ATTITUDES TOWARD THE EMPLOYER (continued)
Sunday, February 27, 2011
Wednesday, February 23, 2011
The time of the judges was a period when the Israelites went about doing what was right in their own eyes, then crying unto the Lord because of the oppression they were experiencing wanting deliverance. "Nevertheless the LORD raised up judges, which delivered them out of the hand of those that spoiled them" (Jud. 2:16). There were a total of 15 judges. One of those judges was a woman and her name was Deborah.
Monday, February 21, 2011
TEXT: "For the LORD will pass through to smite the Egyptians; and when he seeth the blood upon the lintel, and on the two side posts, the LORD will pass over the door, and will not suffer the destroyer to come in unto your houses to smite you" (Exo. 12:23).
Sunday, February 20, 2011
ATTITUDES TOWARD THE EMPLOYER
Closely associated with one's attitudes toward the job are one's attitudes toward the employer; in fact the two are inseparable. One's attitudes toward the employer will and does directly affect the attitudes toward the job. One may truly enjoy the work that they are employed for but with wrong attitudes toward the employer the job will become drudgery. How does one avoid this and what should one's attitudes be toward the employer?
Sunday, February 13, 2011
Friday, February 11, 2011
ATTITUDES TOWARD THE JOB
God created man with the ability to work. In the beginning God gave man only three commands and one of those was to maintain the Garden. Upon man's explusion from the Garden his burden - the amount of work required - was increased: "...cursed is the ground for thy sake...Thorns also and thistles shall it bring forth to thee...In the sweat of thy face shalt thou eat bread..." (Gen. 3:17-19). And so, should one's attitude toward the job be one of drudgery? What does God say about one's attitude toward the job one has?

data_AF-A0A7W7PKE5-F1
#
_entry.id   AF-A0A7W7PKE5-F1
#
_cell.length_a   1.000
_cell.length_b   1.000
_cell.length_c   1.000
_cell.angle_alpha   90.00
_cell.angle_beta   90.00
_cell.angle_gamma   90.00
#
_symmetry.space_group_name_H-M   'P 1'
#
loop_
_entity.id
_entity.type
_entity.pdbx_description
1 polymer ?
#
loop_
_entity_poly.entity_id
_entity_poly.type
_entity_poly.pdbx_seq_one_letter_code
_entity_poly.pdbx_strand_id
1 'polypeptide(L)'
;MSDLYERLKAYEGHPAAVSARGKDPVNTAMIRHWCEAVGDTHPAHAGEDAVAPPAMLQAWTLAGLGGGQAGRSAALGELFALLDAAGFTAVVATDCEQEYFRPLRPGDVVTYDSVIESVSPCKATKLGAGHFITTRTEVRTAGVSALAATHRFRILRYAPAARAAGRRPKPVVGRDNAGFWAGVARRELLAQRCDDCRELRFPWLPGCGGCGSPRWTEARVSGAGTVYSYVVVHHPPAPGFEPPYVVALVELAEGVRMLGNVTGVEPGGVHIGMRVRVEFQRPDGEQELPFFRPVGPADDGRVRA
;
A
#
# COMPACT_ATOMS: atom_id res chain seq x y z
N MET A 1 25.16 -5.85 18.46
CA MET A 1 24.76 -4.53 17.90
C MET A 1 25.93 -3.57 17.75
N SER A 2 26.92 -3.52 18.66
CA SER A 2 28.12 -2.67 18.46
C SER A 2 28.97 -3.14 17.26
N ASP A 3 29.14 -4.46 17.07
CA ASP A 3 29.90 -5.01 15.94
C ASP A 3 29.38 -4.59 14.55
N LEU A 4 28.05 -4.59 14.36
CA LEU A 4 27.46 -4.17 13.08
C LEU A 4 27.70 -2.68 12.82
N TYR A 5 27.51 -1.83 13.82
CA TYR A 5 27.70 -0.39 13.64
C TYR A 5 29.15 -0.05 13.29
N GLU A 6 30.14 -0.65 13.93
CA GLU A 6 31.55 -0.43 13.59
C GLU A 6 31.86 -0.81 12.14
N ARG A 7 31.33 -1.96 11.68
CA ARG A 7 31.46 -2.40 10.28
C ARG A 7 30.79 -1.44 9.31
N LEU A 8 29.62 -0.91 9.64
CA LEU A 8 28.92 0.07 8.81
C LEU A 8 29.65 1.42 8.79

Tuesday, February 8, 2011
TEXT: "But when the fulness of the time was come, God sent forth his Son, made of woman, made under the law" (Gal. 4:4).
1. The Bible is a collection of letters and individual books into one all authoritative inspired Book (2 Tim. 3:16).
2. The Bible has a purpose and each section of the Bible has a specific purpose leading to that overall purpose:
- The overall purpose of the Bible is "Redemption"-the buying back of man.
- The overall purpose of the Old Testament is to teach man "Obedience."
- The overall purpose of the New Testament is "Victory"-the victory found in Christ.
3. The theme of the Bible is Christ!
- The Old Testament: Christ will come.
- The Gospels (Matthew-John): Christ has come.
- Acts-Revelation: Christ will come again.
4. An overview of the Bible:
- THE PARTS OF THE BIBLE
- THE BRIEF SYNOPSIS OF THE BIBLE
- THE ONE WORD THEME FOR EACH BOOK
- THE PICTURE OF CHRIST IN EACH BOOK
Monday, February 7, 2011
And the LORD God took the man, and put him into the garden of Eden to dress it and to keep it (Gen. 2:15).
From the very beginning God has intended for man to work. While some may attempt to deny that the Bible has anything to say about secular things (that is things “Pertaining to the present world, or to things not spiritual or holy” [Webster]) the position is untenable to a true student of the Bible for we find that it is a Scriptural subject. Paul sets an attitude toward work that all Christians, and in acceptance of absolute truth all men, must have, “For even when we were with you, this we commanded you, that if any would not work, neither should he eat” (2 The. 3:10). Much could be said to define the context of the passages, the words used (such as the difference between slave, servant, and bond[man, woman, servant]), and the like, but this manuscript will concentrate on the common thread of Scripture: The principles that should be applied to our relationships.